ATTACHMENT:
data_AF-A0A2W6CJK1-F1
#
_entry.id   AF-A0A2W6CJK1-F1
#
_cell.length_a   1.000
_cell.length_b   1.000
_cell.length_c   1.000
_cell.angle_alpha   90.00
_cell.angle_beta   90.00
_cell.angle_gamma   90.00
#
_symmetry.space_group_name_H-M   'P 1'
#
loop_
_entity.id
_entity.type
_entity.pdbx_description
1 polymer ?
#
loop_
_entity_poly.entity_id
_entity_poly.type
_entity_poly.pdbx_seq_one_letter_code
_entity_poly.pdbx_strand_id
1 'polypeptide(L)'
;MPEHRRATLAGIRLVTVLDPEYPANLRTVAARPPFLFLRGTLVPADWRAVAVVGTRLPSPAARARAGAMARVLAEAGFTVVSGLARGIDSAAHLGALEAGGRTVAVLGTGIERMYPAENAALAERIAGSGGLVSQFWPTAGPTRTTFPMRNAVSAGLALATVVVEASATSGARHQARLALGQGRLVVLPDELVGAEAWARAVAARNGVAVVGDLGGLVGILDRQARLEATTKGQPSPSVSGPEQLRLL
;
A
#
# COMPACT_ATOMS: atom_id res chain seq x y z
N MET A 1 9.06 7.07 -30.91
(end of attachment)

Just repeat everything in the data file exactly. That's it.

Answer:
data_AF-A0A2W6CJK1-F1
#
_entry.id   AF-A0A2W6CJK1-F1
#
_cell.length_a   1.000
_cell.length_b   1.000
_cell.length_c   1.000
_cell.angle_alpha   90.00
_cell.angle_beta   90.00
_cell.angle_gamma   90.00
#
_symmetry.space_group_name_H-M   'P 1'
#
loop_
_entity.id
_entity.type
_entity.pdbx_description
1 polymer ?
#
loop_
_entity_poly.entity_id
_entity_poly.type
_entity_poly.pdbx_seq_one_letter_code
_entity_poly.pdbx_strand_id
1 'polypeptide(L)'
;MPEHRRATLAGIRLVTVLDPEYPANLRTVAARPPFLFLRGTLVPADWRAVAVVGTRLPSPAARARAGAMARVLAEAGFTVVSGLARGIDSAAHLGALEAGGRTVAVLGTGIERMYPAENAALAERIAGSGGLVSQFWPTAGPTRTTFPMRNAVSAGLALATVVVEASATSGARHQARLALGQGRLVVLPDELVGAEAWARAVAARNGVAVVGDLGGLVGILDRQARLEATTKGQPSPSVSGPEQLRLL
;
A
#
# COMPACT_ATOMS: atom_id res chain seq x y z
N MET A 1 9.06 7.07 -30.91